In the lead up to the big day, Reneissen is also in charge of putting on Winterfest’s swanky Black Tie Ball at the Hard Rock Hotel and Casino. This year, the casino partnered with Broadway Across America to transform the ballroom into Arendelle from “Frozen.” Another long-held tradition is each year’s official poster; for the 50th anniversary, artist and part-time instructor at Fort Lauderdale High, Charles Fazzino, was commissioned to do his third Winterfest piece. Known for creating streetscapes of the world’s major cities, he created a poster that encapsulates the landmarks of Fort Lauderdale and beyond, with rock bands performing and fireworks exploding over the party. His detailed works take months, from a pencil sketch to the approved design being covered with acrylics and markers, and his 50-person team turning the piece into 3D limited edition prints with Swarovski crystals and glitter. “I really wanted this to feel like a celebration,” Fazzino explained. “The last year for everybody has been a huge catastrophone…it’s almost like a rebirth of the parade.”

Winterfest has had its share of growing pains and in 1991, the lights were almost permanently extinguished due to bankruptcy. It was then that businessman and entrepreneur, Wayne Huizenga challenged the community to save Winterfest, offering to match up to $100,000 breathing life back into Winterfest. Then came 2020 and the parade was canceled for the very first time since its inception. With so many of Fort Lauderdale’s traditions being shuttered or moving to an online platform, the team at Channel 7 brainstormed the creation of a television retrospective.“Just because the event wasn’t going on doesn’t mean you can’t continue to be top of mind with supporters and the community,” says Lily Pardo, Channel 7’s director of public relations. “Last year was tough for a lot of people; this one-hour show brought light and holiday cheer and remembrance.” A Winterfest board member, Pardo got her first taste of broadcasting the annual boat parade when she worked at Channel 7 after college. Typically, the team covers the events leading up to Winterfest, and reporters camp out at the Stranahan House to share the parade for viewers. A one-hour special airs a week later, then again on Christmas and New Year’s Day, including on the airwaves of two sister stations in Boston. For 2020, Channel 7 created a special program following the theme “Home for the Holidays,” showing the best boats from over the years, surprises from organizers, and decorating contests. “The parade is synonymous with the holidays in South Florida and being on the water, it’s unique, right?” Pardo says. “It’s wonderful to be able to bring the parade into people’s homes.”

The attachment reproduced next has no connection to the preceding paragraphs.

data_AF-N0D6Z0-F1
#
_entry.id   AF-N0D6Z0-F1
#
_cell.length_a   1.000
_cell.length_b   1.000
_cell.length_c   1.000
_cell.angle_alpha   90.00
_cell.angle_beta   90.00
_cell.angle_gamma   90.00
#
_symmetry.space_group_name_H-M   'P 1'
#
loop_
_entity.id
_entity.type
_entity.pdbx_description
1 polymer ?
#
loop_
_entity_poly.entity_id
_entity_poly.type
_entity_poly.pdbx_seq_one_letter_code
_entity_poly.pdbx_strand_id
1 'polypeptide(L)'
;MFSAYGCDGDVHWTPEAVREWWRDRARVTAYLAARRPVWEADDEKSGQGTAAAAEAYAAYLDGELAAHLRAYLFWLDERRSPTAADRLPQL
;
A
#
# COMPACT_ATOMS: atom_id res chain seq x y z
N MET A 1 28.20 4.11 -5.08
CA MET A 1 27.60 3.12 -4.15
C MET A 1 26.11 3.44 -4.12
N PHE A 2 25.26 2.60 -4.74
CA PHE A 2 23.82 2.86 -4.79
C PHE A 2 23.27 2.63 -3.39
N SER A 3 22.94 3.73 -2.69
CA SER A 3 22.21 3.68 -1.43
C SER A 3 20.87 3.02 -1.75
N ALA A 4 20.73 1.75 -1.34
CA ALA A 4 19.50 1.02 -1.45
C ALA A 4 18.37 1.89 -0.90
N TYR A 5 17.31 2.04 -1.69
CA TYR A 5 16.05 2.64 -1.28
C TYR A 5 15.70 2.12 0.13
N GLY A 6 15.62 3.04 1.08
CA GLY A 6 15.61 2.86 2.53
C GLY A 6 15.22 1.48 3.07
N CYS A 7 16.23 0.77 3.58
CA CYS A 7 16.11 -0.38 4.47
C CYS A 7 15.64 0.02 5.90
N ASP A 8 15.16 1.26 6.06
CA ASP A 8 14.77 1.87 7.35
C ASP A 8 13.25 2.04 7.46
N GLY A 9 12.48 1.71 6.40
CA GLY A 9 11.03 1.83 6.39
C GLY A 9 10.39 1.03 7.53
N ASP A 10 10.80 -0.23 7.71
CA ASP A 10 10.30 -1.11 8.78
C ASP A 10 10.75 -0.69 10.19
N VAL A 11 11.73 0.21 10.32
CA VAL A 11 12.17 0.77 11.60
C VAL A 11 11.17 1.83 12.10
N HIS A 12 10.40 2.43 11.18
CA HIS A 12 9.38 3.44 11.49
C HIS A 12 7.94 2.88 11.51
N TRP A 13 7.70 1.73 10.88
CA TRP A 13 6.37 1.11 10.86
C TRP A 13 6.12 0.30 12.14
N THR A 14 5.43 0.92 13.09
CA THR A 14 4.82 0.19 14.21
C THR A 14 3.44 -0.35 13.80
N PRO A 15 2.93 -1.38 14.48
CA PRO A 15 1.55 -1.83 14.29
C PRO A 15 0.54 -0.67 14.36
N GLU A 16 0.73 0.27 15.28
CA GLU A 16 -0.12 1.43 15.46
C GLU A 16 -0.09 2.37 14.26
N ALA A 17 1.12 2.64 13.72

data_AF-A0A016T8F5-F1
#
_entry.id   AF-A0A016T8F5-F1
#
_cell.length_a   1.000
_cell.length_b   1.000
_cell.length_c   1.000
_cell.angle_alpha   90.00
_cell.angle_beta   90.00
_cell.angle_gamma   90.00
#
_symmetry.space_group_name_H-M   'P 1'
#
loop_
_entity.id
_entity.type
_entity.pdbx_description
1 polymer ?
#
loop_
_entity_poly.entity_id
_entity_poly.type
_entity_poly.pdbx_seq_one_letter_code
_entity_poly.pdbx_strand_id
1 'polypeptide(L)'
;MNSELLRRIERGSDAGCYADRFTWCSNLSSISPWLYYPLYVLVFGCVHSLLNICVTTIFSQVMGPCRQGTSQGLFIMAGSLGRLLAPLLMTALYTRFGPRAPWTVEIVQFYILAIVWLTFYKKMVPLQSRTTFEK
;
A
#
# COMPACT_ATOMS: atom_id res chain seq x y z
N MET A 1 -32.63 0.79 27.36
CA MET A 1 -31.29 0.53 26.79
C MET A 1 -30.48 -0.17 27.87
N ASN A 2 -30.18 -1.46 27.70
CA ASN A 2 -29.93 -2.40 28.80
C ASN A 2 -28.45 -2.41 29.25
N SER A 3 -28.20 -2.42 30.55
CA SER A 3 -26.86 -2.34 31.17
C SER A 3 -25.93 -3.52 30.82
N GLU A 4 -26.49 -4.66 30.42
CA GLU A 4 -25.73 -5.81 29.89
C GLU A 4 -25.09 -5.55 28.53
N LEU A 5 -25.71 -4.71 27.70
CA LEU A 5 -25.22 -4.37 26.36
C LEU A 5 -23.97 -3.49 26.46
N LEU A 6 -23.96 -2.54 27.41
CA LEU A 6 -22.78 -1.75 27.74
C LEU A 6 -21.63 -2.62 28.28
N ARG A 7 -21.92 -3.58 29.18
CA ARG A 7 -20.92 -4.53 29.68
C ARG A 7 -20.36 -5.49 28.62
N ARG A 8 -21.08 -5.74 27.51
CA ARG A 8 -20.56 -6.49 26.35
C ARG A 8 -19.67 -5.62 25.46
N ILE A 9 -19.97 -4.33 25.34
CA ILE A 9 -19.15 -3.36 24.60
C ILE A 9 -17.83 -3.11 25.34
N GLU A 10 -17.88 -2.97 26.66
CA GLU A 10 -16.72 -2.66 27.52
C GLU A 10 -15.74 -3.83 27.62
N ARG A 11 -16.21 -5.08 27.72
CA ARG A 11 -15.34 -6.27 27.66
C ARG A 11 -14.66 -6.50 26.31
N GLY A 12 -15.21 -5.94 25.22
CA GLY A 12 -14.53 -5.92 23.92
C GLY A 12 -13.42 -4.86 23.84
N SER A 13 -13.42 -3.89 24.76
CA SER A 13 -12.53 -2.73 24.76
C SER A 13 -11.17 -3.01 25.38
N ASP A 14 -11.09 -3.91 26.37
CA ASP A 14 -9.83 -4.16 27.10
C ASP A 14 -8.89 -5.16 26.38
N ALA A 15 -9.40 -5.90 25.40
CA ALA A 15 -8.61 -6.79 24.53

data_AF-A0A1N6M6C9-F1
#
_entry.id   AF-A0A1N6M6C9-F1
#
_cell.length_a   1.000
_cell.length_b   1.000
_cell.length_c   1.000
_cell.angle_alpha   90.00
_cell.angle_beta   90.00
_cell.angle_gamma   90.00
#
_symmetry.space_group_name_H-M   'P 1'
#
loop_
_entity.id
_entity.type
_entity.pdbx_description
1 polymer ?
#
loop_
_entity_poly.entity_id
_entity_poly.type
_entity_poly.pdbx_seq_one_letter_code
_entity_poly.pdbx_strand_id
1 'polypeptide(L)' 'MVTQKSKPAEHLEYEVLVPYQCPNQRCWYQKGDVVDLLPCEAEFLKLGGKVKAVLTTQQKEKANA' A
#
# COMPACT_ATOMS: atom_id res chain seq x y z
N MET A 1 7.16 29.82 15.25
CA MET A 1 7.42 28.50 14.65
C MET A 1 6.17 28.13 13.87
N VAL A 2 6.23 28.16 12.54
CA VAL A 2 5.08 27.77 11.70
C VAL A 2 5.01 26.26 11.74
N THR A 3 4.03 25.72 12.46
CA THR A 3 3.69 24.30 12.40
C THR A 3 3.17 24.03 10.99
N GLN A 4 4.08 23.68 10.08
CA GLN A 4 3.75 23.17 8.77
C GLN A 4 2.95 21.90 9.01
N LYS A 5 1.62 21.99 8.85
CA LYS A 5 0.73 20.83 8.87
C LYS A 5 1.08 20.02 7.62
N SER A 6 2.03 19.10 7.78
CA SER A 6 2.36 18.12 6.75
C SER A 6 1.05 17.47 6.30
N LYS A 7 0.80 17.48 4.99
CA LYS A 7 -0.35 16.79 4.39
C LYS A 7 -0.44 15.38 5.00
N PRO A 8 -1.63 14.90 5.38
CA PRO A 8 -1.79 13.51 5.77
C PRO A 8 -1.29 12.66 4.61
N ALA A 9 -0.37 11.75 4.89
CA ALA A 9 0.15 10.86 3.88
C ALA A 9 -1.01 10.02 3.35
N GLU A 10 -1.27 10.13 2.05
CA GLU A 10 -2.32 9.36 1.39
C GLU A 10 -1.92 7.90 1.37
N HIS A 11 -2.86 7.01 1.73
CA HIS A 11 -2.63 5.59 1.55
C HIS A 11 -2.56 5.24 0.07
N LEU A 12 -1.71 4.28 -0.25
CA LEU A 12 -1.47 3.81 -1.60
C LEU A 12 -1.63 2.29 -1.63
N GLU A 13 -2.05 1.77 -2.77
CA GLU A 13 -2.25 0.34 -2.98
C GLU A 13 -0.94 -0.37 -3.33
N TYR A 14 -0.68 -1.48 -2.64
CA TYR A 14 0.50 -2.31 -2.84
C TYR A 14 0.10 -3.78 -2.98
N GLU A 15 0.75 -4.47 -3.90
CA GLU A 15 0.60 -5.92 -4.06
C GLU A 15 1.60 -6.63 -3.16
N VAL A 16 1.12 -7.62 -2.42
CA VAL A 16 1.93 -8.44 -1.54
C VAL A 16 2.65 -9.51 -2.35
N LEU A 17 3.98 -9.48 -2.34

Winterfest is a far cry from what it was in 1971, today yachts and center console boats are decked out in LED lights, families choose a theme, corporate yachts float down the New River, and live bands perform aboard vessels. This year, almost half of the boat captains are newcomers and sign-ups to participate are ahead of schedule. The return of Fort Lauderdale’s signature event is serving as a reunion of sorts, with ladies headed back to Zola Keller to pick up their gala gowns, as they have for years, and boat captains planning the perfect light display.

And for Lee, it’s a moment to see her first grandbaby, the Winterfest Boat Parade, make it to 50 years through thick and thin. Says Lee “It’s like watching your child grow up beyond your wildest dreams.”